Resources are scarce both in the real world as well as in the virtual world. When you are left with an overburdened virtual machine, system administrators tend to lean towards the idea of using dynamic memory across virtual machines.
But, the real question is, is this a good idea? Does Microsoft recommend running SQL Server in a virtual machine configured with dynamic memory? Read along to find out.
Microsoft recommends disabling Dynamic Memory for virtual machines running SQL Server. It applies to both VMware as well as Hyper V. Memory is a critical resource for SQL Server, and any resource crunches can cause an adverse impact to SQL Server workloads. In short, any shared resources is a strict No, be it CPU, Memory, Disks or Networks. However, in some scenarios customers might run SQL Server with Dynamic Memory enabled to save costs and efficiently manage data-center resources. In this post, I am going to talk about best practices for running SQL Server with Hyper-V Dynamic Memory.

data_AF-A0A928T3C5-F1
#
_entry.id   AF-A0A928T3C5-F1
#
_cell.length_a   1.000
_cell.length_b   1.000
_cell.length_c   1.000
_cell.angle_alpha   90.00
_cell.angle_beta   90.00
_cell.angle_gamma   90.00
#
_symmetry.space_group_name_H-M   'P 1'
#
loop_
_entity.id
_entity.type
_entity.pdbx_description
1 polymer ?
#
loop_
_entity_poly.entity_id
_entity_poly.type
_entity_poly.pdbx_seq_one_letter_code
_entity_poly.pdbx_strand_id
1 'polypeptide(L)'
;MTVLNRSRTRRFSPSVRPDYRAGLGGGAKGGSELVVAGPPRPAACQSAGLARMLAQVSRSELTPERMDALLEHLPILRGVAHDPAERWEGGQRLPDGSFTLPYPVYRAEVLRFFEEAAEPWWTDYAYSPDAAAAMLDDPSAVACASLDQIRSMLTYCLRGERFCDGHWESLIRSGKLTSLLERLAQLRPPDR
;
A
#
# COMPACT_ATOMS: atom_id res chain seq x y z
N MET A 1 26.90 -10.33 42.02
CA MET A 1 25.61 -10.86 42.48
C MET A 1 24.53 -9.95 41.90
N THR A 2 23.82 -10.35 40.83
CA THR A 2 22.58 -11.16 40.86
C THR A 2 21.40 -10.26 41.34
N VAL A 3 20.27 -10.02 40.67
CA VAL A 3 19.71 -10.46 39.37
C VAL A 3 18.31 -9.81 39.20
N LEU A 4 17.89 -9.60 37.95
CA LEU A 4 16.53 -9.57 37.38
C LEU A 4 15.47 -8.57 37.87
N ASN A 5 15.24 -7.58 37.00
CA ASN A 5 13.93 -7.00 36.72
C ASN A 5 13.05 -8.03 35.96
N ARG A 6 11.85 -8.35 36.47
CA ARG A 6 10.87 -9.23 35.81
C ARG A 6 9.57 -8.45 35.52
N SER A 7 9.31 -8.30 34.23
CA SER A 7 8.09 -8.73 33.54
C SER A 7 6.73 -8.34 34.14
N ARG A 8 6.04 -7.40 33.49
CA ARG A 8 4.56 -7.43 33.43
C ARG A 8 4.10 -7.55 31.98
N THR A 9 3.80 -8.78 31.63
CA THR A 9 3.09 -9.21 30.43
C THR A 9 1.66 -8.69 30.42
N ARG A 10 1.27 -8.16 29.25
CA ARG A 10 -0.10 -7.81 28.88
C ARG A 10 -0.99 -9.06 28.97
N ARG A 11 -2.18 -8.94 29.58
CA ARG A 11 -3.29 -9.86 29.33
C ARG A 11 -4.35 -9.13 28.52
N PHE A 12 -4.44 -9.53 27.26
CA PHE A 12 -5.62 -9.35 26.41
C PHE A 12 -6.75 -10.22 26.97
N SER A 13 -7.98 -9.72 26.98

Also read: Best Practices for Running SQL Server in Virtual Machines
Here are the fundamental concepts that need to be understood.
Host Reserve = 384 MB + 30 MB per GB memory of the host
If your start-up memory is 1024 mb, then the maximum buffer pool size of SQL Server will be 16 GB (16000 mb)
Virtual Machine Memory = Memory Demand + (Memory Demand * Memory Buffer Percentage)
The Technique of Adding memory dynamically to Hyper V Guest OS’s is similar to the “Hot Add CPU” feature.
Using this option, you can pre-allocate memory to SQL Server.
At instance startup and force the “Memory Demand” to meet the usage requirements.
Once this option is selected, Windows will not be able to page-out the memory assigned to SQL Server.
You need to assign at least 2 GB of initial Start-up memory, and Maximum memory of 12 GB can give you better throughputs in shared memory scenarios.
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